this shirt is bright

The ironically named Second Congress to Unite Women took place at an intermediate school in Chelsea during the weekend of May 1-3, 1970. I will never forget the intensity of the emotions that were released at the Congress—some of them directed specifically toward me.

Two dozen “Lavender Menace” T-shirts had been dyed and silk-screened at Ellen Broidy’s apartment. Even counting the Vassar students who were coming down for the action (Rita Mae had read her poetry at Vassar to great effect), the Radicalesbians did not expect to exceed that number. Ellen Shumsky got a shirt with scrunched-up letters. Artemis March, arriving with her cartons of “The Woman-Identified Woman,” got stuck with a shirt that came out bright fuchsia. On Friday morning Michela Griffo and Jessica Falstein talked their way into the school, claiming they had been sent by NOW to check out the auditorium’s light board.

Four hundred women were in their seats for the Friday night opening session, listening to the welcoming address, when Michela, hiding backstage, shouted, “Jessie, the lights!”

The auditorium was plunged into darkness. When the lights went back on, seventeen Lavender Menaces were on the stage and Martha Shelley had grabbed the microphone. Posters lined the sides of the hall: TAKE A LESBIAN TO LUNCH. LAVENDER JANE LOVES YOU. WE ARE ALL LESBIANS. LESBIANISM IS A WOMEN’S LIBERATION PLOT.

Jennifer Woodul, one of the Vassar students, watched in amazement as women unknown to the planners climbed onto the stage to join them. Others, some very well known to them, simply got up from their seats and formed an orderly line down below at the open mike. Sidney Abbott watched Ivy Bottini of NOW slowly made her way down the aisle. Then she spotted Kate Millett.

“I know what this oppression is all about—I’ve lived it,” Millett said softly when it was her turn at the microphone.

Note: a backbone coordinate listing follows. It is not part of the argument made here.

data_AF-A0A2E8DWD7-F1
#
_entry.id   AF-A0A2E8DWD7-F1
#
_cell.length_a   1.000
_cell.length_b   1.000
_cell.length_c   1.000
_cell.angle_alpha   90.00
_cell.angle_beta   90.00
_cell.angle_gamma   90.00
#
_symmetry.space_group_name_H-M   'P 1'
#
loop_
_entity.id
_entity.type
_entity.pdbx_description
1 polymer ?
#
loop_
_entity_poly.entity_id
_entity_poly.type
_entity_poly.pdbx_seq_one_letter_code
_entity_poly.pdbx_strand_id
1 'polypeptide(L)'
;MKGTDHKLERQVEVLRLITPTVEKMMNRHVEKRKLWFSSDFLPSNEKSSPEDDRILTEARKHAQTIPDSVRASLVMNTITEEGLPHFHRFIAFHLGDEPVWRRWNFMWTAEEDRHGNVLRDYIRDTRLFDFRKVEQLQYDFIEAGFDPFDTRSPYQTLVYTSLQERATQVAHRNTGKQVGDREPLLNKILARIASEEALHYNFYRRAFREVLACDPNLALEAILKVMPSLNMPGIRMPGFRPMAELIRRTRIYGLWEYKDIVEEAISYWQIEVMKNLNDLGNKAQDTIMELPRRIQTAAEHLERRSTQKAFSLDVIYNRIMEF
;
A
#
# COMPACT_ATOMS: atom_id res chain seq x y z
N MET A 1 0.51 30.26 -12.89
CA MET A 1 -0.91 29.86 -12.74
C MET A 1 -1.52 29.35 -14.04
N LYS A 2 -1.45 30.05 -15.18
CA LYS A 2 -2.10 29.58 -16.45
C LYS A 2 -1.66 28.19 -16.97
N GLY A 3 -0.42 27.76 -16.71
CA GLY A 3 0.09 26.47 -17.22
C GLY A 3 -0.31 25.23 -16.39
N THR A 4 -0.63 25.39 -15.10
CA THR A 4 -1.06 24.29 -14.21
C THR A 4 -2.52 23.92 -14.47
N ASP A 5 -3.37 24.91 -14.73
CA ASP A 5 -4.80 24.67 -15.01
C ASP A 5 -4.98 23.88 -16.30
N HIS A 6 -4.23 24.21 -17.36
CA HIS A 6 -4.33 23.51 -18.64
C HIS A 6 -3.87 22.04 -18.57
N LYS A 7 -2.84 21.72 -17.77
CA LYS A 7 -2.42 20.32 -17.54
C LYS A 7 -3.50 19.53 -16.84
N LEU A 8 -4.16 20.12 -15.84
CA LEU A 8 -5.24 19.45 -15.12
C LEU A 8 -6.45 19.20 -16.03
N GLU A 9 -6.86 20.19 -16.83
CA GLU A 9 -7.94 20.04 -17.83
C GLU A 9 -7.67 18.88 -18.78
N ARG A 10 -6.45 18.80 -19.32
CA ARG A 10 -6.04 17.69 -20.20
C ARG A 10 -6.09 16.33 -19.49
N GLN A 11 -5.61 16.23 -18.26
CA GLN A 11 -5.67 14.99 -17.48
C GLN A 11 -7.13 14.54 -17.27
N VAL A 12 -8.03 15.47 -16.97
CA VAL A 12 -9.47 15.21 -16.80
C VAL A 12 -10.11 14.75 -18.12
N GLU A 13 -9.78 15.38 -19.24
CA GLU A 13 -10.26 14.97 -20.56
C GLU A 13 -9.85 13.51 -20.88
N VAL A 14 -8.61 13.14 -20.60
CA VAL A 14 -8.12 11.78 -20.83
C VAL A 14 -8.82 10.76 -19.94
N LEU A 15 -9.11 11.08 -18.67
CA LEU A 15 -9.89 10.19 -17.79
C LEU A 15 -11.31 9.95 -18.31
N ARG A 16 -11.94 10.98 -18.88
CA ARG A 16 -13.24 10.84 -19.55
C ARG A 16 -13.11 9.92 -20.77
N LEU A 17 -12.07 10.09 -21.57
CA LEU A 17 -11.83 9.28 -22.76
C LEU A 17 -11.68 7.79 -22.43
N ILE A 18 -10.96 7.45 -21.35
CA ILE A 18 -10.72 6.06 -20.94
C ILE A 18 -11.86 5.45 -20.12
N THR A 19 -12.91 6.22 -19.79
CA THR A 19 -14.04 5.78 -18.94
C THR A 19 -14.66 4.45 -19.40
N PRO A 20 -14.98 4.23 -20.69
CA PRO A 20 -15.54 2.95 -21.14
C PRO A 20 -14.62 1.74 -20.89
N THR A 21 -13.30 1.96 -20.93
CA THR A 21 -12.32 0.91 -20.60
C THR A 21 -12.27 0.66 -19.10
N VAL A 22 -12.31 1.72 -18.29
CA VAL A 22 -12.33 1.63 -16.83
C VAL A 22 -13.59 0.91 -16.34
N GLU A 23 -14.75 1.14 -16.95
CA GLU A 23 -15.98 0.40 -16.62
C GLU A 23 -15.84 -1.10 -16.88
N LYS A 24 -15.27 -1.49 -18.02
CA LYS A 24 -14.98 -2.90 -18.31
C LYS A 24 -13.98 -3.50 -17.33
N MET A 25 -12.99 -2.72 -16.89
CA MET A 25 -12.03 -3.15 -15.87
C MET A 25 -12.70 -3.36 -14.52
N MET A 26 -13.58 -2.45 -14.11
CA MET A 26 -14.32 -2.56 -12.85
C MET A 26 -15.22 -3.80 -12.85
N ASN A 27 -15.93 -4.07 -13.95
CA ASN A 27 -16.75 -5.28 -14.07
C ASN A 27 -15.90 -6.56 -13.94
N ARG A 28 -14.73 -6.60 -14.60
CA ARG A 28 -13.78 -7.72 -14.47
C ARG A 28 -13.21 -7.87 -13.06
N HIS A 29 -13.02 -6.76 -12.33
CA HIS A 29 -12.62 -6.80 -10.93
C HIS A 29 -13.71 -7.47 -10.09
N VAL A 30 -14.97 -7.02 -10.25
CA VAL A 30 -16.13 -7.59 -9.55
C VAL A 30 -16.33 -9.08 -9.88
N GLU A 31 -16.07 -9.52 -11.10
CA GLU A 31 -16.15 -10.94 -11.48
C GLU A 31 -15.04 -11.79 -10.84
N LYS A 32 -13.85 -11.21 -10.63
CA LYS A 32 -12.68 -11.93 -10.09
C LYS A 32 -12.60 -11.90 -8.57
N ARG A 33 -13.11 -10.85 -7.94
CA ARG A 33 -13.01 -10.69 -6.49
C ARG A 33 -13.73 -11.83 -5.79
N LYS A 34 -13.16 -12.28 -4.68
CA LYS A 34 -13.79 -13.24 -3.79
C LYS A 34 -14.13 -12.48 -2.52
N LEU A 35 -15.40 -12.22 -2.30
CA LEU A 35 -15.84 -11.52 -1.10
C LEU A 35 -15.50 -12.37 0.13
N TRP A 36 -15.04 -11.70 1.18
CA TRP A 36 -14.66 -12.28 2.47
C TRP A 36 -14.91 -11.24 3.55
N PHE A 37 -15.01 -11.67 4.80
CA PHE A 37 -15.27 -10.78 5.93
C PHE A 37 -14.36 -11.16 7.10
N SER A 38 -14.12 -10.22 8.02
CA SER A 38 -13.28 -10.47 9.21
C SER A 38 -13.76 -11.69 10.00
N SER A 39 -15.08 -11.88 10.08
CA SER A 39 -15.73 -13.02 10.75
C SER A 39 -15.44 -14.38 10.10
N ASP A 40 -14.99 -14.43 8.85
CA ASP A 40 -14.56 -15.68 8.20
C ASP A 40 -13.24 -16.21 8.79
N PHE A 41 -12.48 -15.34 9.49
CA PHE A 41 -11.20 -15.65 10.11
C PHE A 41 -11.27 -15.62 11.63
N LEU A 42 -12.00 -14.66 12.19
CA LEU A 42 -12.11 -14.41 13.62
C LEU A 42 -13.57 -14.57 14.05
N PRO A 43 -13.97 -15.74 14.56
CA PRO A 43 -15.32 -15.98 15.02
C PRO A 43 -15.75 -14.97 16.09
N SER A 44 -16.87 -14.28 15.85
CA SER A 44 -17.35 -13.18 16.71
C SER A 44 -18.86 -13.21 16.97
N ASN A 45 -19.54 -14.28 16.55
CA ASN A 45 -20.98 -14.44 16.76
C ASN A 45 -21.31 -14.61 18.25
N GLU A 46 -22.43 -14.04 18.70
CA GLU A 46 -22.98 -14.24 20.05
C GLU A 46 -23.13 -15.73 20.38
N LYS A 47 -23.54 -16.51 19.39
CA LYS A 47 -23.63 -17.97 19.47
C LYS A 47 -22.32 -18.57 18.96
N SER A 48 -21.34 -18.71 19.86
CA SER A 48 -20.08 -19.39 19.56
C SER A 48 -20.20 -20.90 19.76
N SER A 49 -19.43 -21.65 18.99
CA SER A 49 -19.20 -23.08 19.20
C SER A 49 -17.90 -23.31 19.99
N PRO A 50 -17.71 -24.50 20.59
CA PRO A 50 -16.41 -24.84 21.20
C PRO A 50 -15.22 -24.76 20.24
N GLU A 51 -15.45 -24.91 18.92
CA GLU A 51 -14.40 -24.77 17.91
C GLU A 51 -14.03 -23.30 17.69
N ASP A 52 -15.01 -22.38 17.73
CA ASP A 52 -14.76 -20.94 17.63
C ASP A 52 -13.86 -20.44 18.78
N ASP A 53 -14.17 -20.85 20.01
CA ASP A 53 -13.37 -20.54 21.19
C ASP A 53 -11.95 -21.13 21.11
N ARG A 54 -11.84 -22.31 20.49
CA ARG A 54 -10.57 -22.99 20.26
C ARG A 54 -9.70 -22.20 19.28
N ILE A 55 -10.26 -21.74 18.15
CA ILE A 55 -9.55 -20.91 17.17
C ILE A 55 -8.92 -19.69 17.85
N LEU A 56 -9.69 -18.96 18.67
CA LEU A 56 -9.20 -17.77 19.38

The Lavender Menaces held forth for two hours that night, and conducted consciousness-raising workshops during the next two days of the conference. Artemis March sold out her supply of “The Woman-Identified Woman.” A bunch of women, straight and gay, caroused happily on Saturday night at an all-women’s dance at the Church of the Holy Apostles. Lesbians would be silent no longer in the women’s movement.
—  Susan Brownmiller, In Our Time: Memoir of a Revolution

Monday 8:27am
I woke up with you on my mind.
You called me babe last night —
my heart is still pounding.

Tuesday 10:53pm
Today I realized we won’t work.
What we are is hurting her.
And I think she matters more to me than you do.

Wednesday 11:52pm
I broke things off with you today.
She barely said a word.
I’ve never regretted anything more than this.

Thursday 4:03pm
I shouldn’t have sent that message.
You shouldn’t have been so okay with receiving it.

Friday 9:57pm
I almost messaged you today.
I didn’t.

Saturday 8:49pm
I’m walking around town in search of alcohol.
They say that liquor numbs the pain of having a broken heart.
I want to put that to the test.

Sunday 2:32am
I heard you texted a girl you’ve never spoken to before.
I wonder if it’s because you’re trying to replace me.
I can’t help but wish you weren’t.
I thought I was irreplaceable.

—  a week with you on my mind, c.j.n.
Move on, leave, run away, escape this place… but don’t forget about me, about us, about this town. Always remember where you come from so you can appreciate how far you’ve come.
—  c.j.n.